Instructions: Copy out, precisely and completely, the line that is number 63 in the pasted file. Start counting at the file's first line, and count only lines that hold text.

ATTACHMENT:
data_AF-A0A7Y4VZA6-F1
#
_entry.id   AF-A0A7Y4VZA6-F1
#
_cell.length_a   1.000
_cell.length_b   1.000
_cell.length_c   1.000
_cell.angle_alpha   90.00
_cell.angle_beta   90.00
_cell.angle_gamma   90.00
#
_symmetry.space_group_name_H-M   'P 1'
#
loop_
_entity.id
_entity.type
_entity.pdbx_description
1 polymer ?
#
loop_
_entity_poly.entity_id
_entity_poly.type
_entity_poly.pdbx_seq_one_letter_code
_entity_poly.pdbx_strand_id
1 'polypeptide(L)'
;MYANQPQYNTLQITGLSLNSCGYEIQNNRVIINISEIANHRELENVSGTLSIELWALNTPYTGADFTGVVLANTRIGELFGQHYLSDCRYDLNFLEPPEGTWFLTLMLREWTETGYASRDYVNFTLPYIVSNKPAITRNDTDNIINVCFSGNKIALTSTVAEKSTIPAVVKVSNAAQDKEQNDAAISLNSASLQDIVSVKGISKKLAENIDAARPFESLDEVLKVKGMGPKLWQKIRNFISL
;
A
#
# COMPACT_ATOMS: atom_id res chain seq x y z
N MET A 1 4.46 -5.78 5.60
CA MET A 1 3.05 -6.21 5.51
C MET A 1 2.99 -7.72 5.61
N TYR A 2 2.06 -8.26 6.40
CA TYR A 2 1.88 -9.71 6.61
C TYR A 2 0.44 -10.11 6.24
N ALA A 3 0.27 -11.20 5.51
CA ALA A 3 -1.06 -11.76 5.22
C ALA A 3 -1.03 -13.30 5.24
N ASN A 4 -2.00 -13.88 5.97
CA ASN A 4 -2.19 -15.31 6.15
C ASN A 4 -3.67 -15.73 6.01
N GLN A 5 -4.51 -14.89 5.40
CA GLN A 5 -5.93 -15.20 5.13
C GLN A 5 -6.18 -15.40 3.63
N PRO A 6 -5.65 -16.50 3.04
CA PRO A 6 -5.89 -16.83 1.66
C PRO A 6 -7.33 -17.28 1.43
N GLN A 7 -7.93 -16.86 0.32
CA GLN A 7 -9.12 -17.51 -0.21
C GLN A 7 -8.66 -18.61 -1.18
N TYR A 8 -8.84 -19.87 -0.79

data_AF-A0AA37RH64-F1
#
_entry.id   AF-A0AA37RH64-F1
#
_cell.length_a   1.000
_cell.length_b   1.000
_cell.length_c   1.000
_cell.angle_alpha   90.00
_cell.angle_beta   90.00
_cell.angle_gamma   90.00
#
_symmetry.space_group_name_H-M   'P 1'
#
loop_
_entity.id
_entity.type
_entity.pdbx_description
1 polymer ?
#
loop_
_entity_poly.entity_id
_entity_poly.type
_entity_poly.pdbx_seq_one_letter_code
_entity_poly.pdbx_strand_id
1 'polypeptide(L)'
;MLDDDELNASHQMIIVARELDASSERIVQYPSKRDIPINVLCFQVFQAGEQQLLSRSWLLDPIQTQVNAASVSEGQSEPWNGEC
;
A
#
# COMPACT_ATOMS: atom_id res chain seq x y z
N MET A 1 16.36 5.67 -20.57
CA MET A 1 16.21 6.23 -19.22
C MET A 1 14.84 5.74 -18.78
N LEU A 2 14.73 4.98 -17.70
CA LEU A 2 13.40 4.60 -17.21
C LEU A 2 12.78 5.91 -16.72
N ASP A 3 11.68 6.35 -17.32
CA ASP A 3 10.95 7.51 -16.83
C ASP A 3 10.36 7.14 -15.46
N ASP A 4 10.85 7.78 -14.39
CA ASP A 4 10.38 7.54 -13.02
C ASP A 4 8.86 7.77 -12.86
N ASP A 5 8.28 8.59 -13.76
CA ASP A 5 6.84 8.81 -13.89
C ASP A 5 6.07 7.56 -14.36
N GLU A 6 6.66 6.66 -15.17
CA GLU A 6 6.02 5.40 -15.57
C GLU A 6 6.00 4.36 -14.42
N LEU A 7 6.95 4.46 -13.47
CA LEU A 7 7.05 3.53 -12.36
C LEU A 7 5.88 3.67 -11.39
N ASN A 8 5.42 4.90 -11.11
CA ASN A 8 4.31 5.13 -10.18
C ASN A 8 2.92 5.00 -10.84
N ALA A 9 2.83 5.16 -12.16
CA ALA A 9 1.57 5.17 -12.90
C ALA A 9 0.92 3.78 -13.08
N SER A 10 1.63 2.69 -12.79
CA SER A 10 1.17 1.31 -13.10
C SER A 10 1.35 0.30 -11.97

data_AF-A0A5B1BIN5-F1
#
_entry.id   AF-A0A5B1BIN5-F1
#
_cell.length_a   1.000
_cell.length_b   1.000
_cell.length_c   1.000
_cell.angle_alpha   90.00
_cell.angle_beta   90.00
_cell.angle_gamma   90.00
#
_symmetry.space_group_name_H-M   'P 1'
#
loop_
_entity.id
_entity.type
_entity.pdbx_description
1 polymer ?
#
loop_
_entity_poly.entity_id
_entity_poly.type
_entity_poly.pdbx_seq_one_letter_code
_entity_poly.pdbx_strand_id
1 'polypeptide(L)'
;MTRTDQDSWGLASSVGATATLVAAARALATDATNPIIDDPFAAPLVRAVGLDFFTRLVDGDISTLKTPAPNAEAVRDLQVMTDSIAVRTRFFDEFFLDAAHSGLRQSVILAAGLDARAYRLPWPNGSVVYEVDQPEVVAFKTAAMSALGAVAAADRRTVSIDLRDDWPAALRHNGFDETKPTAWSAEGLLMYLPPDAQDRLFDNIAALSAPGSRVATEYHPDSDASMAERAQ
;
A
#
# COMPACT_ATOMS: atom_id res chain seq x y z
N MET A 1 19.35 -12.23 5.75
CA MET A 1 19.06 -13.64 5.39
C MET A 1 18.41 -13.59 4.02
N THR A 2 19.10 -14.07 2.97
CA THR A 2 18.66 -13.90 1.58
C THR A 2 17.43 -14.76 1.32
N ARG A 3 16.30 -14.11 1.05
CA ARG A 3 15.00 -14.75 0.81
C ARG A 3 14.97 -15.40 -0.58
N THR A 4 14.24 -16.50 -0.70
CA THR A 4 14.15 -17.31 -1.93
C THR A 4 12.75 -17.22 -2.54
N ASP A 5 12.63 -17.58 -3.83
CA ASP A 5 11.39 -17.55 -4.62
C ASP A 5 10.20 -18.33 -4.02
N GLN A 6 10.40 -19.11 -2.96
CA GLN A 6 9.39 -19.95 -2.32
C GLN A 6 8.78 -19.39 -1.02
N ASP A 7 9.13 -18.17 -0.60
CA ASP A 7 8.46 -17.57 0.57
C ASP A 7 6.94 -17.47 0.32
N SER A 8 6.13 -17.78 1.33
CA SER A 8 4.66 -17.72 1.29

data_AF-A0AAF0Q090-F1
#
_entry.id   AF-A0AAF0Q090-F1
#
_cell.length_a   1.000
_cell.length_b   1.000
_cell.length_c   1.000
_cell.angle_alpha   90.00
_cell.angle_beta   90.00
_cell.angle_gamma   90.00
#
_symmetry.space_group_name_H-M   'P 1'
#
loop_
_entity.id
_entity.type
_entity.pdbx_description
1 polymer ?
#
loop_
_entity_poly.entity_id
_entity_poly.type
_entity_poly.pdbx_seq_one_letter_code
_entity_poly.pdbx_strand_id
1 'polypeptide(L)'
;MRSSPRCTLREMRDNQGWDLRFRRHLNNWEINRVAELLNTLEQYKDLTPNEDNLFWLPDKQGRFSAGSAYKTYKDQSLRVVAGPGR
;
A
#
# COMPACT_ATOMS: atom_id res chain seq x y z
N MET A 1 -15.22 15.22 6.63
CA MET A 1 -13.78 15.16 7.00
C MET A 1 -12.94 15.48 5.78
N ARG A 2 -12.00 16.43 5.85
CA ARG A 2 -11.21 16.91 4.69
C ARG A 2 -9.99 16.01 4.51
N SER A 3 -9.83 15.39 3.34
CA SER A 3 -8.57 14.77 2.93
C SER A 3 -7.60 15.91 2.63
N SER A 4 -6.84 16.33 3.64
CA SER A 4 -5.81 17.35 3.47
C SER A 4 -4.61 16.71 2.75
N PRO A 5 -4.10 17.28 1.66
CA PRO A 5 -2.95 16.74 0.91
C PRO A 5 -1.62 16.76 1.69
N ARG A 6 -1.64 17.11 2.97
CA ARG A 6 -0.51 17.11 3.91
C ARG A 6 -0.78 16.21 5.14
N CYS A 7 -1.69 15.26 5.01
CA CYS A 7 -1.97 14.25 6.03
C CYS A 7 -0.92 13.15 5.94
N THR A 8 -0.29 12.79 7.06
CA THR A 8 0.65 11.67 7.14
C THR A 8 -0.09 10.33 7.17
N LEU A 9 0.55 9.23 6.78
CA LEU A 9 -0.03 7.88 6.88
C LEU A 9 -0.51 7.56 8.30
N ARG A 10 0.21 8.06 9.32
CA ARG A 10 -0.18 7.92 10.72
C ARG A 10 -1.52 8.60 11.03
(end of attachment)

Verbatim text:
#